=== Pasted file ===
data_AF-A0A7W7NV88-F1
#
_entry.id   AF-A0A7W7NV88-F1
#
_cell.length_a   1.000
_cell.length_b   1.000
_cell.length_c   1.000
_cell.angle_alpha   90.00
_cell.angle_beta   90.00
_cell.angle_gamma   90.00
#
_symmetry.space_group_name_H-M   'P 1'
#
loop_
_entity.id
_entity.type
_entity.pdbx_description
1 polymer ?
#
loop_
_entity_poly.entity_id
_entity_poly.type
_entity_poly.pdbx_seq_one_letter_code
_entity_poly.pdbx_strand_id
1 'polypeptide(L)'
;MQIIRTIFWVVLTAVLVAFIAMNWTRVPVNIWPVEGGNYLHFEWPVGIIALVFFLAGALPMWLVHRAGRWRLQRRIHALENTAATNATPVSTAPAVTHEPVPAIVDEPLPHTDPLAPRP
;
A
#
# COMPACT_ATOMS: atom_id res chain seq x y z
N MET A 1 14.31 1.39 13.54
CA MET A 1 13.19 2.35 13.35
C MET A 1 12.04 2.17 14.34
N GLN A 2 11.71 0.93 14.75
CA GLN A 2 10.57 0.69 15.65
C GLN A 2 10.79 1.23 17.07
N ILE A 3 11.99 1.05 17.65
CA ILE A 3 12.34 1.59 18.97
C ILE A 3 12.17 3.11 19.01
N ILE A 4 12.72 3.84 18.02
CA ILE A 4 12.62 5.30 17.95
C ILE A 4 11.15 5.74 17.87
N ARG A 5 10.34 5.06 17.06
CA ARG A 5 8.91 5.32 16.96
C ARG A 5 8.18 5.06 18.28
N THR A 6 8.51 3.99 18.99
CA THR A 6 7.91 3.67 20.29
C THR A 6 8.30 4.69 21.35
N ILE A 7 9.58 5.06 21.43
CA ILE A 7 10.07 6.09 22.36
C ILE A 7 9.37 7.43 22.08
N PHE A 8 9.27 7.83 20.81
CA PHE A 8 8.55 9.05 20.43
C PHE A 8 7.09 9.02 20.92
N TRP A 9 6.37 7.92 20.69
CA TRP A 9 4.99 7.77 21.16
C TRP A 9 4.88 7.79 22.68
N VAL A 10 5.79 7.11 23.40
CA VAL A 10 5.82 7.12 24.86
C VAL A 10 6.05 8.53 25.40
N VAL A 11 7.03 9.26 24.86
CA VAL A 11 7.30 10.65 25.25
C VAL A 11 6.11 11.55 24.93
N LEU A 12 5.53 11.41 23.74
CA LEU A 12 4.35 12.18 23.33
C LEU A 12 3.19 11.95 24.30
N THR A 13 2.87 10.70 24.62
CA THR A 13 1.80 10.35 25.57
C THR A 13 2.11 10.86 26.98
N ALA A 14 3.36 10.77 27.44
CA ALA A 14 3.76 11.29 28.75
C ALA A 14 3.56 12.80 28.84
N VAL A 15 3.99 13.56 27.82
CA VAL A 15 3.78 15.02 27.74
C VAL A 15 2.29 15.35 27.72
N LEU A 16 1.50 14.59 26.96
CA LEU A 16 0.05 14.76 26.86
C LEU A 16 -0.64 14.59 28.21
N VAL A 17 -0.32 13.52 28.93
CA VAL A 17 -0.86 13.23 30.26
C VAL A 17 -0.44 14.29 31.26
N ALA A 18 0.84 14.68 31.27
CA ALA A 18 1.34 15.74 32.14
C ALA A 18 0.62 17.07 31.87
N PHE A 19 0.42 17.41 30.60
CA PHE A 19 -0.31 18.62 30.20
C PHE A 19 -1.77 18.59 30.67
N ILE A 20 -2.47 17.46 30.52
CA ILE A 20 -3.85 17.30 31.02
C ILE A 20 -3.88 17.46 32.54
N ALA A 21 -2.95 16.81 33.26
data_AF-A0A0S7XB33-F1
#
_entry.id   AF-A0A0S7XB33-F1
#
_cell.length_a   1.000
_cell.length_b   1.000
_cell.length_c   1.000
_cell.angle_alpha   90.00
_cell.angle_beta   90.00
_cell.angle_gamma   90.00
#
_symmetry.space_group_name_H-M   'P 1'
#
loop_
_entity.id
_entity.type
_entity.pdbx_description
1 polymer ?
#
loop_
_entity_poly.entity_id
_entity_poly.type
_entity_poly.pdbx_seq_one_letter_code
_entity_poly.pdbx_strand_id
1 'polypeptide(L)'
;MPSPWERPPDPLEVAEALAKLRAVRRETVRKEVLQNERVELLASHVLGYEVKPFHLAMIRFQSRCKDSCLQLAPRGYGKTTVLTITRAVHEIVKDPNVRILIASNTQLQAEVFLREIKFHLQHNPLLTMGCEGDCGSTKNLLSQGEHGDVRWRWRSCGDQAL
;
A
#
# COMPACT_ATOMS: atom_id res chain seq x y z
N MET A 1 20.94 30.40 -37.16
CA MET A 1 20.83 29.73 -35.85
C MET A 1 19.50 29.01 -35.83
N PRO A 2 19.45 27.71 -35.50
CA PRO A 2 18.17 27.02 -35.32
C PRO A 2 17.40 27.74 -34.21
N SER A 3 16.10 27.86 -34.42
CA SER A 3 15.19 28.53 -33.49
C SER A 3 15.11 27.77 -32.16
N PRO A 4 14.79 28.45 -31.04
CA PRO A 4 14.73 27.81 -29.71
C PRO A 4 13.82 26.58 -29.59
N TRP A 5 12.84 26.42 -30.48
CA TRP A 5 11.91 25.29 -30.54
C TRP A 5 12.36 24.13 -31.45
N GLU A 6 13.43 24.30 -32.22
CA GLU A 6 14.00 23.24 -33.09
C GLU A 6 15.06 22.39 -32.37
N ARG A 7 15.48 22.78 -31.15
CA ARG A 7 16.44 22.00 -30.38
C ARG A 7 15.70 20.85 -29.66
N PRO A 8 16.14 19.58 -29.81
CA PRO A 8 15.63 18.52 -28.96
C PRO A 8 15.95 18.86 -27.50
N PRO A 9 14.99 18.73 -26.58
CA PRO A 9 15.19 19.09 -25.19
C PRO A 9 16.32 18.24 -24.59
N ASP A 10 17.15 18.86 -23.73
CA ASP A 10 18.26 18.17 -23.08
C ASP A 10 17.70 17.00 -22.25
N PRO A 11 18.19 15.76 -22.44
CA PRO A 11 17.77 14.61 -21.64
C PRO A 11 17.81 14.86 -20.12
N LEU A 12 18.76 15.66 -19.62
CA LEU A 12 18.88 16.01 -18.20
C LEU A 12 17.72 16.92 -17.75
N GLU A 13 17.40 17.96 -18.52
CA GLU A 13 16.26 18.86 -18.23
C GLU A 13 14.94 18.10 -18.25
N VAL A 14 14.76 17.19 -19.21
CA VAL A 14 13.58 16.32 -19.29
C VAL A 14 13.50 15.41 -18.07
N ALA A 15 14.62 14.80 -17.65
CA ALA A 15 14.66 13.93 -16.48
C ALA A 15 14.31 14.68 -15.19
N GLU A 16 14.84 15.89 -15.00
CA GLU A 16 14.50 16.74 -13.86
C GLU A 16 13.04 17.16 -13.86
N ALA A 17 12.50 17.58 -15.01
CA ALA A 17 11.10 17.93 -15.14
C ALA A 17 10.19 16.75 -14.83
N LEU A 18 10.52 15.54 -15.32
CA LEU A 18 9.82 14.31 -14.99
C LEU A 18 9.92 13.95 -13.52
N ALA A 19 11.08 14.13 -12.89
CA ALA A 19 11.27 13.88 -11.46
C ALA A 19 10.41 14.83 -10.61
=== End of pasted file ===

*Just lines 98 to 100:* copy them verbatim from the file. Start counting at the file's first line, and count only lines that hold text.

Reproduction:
_cell.length_c   1.000
_cell.angle_alpha   90.00
_cell.angle_beta   90.00